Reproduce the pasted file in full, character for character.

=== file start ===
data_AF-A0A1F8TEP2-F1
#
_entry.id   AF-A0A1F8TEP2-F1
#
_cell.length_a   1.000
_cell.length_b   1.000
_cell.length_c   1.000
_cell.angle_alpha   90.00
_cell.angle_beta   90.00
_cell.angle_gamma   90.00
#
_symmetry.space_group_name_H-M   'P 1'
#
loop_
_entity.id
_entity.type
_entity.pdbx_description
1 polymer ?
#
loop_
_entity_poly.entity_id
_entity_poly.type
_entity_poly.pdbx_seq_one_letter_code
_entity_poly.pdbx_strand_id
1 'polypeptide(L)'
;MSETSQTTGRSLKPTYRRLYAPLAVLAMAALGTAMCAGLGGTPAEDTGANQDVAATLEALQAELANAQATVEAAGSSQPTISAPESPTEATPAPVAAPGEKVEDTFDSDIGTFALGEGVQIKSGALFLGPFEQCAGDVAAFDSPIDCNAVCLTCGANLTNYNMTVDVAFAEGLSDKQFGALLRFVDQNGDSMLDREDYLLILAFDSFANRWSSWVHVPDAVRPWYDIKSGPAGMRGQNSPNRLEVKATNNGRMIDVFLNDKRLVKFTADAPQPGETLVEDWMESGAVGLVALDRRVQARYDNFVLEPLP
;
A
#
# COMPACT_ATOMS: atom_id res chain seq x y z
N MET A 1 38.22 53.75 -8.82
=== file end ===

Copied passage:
data_AF-A0A1F8TEP2-F1
#
_entry.id   AF-A0A1F8TEP2-F1
#
_cell.length_a   1.000
_cell.length_b   1.000
_cell.length_c   1.000
_cell.angle_alpha   90.00
_cell.angle_beta   90.00
_cell.angle_gamma   90.00
#
_symmetry.space_group_name_H-M   'P 1'
#
loop_
_entity.id
_entity.type
_entity.pdbx_description
1 polymer ?
#
loop_
_entity_poly.entity_id
_entity_poly.type
_entity_poly.pdbx_seq_one_letter_code
_entity_poly.pdbx_strand_id
1 'polypeptide(L)'
;MSETSQTTGRSLKPTYRRLYAPLAVLAMAALGTAMCAGLGGTPAEDTGANQDVAATLEALQAELANAQATVEAAGSSQPTISAPESPTEATPAPVAAPGEKVEDTFDSDIGTFALGEGVQIKSGALFLGPFEQCAGDVAAFDSPIDCNAVCLTCGANLTNYNMTVDVAFAEGLSDKQFGALLRFVDQNGDSMLDREDYLLILAFDSFANRWSSWVHVPDAVRPWYDIKSGPAGMRGQNSPNRLEVKATNNGRMIDVFLNDKRLVKFTADAPQPGETLVEDWMESGAVGLVALDRRVQARYDNFVLEPLP
;
A
#
# COMPACT_ATOMS: atom_id res chain seq x y z
N MET A 1 38.22 53.75 -8.82